We give them some time to romp and play with each other with the family in a room we barricade off from the rest of the house so we can watch them closely for potential accidents which now hardly ever happen, but each dog gets 1 on 1 time "working" with me or my son to keep their attention and to keep their bond with the human members of their pack strong.

I am planning on having them neutered at about 6 months to prevent some of the aggressiveness that may lead to competition and fighting over pack order and dominance issues.

So there is the background.....if there is anything you think I need to change or rethink going forward please let me know.

The heart of my question is this, we have snow on the ground and its going to be here for 5 months. What can I do with them beyond continuing the basic obedience work in the basement? Neither of them seems too interested in playing fetch or working with the feather/rod in the snow. The snow itself provides a significant distraction to them as they like to roll in it and dig their nose into it and have little interest in the dummy or feather.

Have I done enough just getting them interested in the feather and bringing out the basic pointing and retrieving instincts at this point to wait until spring to resume this work? If not what would you recommend I do over the winter months to keep them developing?

How much feather & rod work is too much before they get on live birds ?

What would you recommend the first thing I should do in the spring to re-activate their senses and get their hunting work going again ?

I used the Wolters methods on my last two hunting dogs and they turned out just fine for my needs (not champions by any means but were solid reliable field dogs that I enjoyed my time with very much).

This time I'm using

1) The Ultimate Guide to Bird Dog Training by Jerome B. Robinson

2) Speed Train Your Own Bird Dog by Larry Mueller

as resources

Do you recommend any other information I should get or methods I should use going forward ?

How do you feel about E-Collar training? As of now I am planning on getting a 2 dog system in the spring as I've heard mostly good things about this training aid.

Finally, eventuallyI'm going to want to get my dogs on live birds. Where can a guy purchase a few birds (without a coop or pen to keep them long term) for training sessions here and there ?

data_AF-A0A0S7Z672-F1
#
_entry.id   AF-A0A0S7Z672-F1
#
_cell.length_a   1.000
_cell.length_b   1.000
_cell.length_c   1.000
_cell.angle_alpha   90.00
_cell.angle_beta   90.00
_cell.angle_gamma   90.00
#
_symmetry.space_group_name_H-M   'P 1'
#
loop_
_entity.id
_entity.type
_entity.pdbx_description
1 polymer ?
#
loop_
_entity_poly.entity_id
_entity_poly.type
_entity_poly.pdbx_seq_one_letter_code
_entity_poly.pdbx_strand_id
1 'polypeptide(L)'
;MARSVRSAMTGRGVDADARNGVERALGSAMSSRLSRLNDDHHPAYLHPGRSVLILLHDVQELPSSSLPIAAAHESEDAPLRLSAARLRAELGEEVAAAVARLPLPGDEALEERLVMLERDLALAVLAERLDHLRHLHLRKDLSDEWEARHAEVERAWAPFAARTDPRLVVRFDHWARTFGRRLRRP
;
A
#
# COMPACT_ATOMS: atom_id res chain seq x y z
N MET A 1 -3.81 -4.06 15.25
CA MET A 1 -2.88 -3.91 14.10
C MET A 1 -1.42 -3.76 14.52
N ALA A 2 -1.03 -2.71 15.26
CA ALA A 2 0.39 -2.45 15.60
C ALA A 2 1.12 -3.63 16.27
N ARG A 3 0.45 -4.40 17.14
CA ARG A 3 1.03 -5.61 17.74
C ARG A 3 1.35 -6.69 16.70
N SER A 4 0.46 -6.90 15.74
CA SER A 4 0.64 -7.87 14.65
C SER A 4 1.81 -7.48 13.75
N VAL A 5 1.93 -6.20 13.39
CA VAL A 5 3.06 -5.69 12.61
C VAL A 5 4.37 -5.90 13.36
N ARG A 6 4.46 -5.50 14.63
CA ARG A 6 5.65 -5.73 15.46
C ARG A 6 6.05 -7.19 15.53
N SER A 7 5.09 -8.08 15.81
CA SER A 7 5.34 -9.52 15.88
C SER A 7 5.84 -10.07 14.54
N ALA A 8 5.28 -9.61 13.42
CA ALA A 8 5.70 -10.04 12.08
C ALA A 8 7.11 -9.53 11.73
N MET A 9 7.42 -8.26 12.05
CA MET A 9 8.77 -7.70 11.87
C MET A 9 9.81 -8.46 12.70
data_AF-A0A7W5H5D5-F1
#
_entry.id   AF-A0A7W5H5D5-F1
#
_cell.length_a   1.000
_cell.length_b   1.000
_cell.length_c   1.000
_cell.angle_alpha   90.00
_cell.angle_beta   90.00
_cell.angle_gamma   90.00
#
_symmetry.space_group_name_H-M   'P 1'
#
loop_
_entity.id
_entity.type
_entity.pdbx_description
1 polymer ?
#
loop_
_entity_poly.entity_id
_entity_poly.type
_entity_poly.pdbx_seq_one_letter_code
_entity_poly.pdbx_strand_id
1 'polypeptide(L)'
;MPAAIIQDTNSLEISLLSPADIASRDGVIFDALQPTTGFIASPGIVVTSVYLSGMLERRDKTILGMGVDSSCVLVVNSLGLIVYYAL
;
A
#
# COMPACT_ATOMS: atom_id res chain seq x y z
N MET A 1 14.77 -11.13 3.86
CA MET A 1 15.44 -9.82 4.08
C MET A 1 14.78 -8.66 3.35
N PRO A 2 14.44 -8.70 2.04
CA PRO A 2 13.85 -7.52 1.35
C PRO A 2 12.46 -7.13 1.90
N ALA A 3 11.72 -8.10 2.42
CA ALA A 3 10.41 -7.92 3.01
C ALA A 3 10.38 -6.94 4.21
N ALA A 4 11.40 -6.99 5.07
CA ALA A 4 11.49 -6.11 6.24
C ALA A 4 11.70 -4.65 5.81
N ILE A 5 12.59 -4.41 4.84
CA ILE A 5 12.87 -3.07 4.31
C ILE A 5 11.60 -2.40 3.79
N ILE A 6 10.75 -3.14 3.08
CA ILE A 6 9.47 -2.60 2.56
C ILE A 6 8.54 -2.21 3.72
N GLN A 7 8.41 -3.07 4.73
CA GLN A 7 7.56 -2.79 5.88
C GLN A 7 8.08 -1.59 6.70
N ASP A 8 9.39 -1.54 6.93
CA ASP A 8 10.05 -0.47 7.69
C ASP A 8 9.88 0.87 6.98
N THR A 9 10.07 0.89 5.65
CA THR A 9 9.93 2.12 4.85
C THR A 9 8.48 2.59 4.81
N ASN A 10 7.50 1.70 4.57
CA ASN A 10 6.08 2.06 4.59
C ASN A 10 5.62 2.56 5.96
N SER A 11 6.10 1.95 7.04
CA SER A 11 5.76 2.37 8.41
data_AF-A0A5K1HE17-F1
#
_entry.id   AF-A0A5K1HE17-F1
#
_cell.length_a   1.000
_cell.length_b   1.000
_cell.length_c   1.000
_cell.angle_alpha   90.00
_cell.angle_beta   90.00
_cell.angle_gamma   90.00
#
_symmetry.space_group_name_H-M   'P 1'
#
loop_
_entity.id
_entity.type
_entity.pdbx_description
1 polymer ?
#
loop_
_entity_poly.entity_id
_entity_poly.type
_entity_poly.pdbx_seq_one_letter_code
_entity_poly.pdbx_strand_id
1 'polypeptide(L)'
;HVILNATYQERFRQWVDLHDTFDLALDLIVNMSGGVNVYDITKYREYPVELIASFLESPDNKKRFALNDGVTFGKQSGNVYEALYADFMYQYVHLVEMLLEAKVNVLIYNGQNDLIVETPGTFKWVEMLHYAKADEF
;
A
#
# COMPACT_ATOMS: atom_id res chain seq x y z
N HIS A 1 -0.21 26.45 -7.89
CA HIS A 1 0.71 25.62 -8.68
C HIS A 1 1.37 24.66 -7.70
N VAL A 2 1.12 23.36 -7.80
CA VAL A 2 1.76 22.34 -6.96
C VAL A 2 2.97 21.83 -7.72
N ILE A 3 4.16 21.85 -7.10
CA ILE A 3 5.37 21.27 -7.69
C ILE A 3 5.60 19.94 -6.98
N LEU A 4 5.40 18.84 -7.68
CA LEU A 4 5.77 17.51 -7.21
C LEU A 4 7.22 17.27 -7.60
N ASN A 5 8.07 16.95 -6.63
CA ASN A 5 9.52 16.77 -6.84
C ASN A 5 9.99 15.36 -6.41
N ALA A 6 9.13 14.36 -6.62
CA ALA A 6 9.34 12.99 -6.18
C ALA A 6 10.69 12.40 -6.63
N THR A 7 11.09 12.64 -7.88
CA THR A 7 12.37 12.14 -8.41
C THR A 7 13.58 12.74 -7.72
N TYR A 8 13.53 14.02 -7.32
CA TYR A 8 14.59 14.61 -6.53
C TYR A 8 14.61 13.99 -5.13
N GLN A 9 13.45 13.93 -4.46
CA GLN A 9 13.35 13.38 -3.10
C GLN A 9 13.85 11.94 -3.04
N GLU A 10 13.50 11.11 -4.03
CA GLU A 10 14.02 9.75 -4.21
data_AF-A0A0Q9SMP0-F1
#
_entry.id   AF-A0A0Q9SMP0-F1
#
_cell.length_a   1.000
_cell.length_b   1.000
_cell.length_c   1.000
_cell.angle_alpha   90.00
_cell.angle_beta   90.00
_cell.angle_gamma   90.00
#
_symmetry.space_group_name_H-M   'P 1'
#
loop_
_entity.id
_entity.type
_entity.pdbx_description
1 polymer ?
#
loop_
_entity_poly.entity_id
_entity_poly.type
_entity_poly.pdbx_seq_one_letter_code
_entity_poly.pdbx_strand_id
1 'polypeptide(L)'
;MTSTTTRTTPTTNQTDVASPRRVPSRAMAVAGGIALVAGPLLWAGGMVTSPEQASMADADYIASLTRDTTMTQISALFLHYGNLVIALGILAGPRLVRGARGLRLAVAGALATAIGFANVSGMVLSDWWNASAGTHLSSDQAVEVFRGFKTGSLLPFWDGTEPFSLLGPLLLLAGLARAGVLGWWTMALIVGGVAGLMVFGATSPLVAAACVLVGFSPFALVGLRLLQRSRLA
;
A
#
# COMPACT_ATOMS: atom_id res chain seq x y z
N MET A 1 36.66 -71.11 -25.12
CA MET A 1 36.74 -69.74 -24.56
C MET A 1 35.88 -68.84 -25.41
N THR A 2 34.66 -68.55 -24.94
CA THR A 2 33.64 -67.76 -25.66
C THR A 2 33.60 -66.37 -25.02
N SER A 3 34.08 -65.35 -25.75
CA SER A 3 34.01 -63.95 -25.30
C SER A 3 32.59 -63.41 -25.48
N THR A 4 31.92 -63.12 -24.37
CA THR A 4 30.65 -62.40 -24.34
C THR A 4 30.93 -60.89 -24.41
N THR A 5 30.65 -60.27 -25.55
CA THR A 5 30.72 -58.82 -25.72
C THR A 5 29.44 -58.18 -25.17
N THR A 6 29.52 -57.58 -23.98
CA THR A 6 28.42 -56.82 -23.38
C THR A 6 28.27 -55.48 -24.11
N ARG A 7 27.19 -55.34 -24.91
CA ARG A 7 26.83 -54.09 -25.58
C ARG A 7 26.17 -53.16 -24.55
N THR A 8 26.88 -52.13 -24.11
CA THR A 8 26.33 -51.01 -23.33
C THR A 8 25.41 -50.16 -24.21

Thanks for the great posts and information you provide on here helping those of us that love to work with and train our own hunting dogs but aren't experts at it.

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Wow man you've been typing up a storm. First off, congrats on the pups. Sounds like you've done plenty of homework and appear to be doing the right things so far. Field training gets a little tough in the winter. I'd keep doing the light obedience with short sessions. I'd focus on come, heel and whoa. Play retrieving is good but keep it to short sessions too. In general keep training sessions short and sweet and end on a positive note. When praising the pups praise them with a calm voice and some pats. Don't go nuts with praise as the dog will also get crazy. This teaches them to sort of be happy but yet stay in control. Also keep'em in shape with walks/runs.

Right now I'd put the wing on a string away. You've done enough with that. There is no real value in doing that in my opinion and potentially some negative things could creep in if that's overdone.

To me the next thing is getting them on live birds. For bird training I'd get a checkcord and learn how to use it. And keep the pups on it until they are reasonably reliable on point. The checkcord will give you control if the pup does something wrong (which it will). With this snow you may need to wait until spring to start bird training which is fine. But if you can find some land to train on or a game farm that has decent fields you could try that if it's a "warm" day this winter. Just like obedience training, keep those sessions short and sweet. If the dog handles a bird properly end on that note with some calm praise and a few pats.

In the spring I'd also do gun intro. If you search the archive you'll probably find some posts on gun intro. Do not take your pups to the trap range or do firecrackers for gun intro. I cringe when someone says they've done that.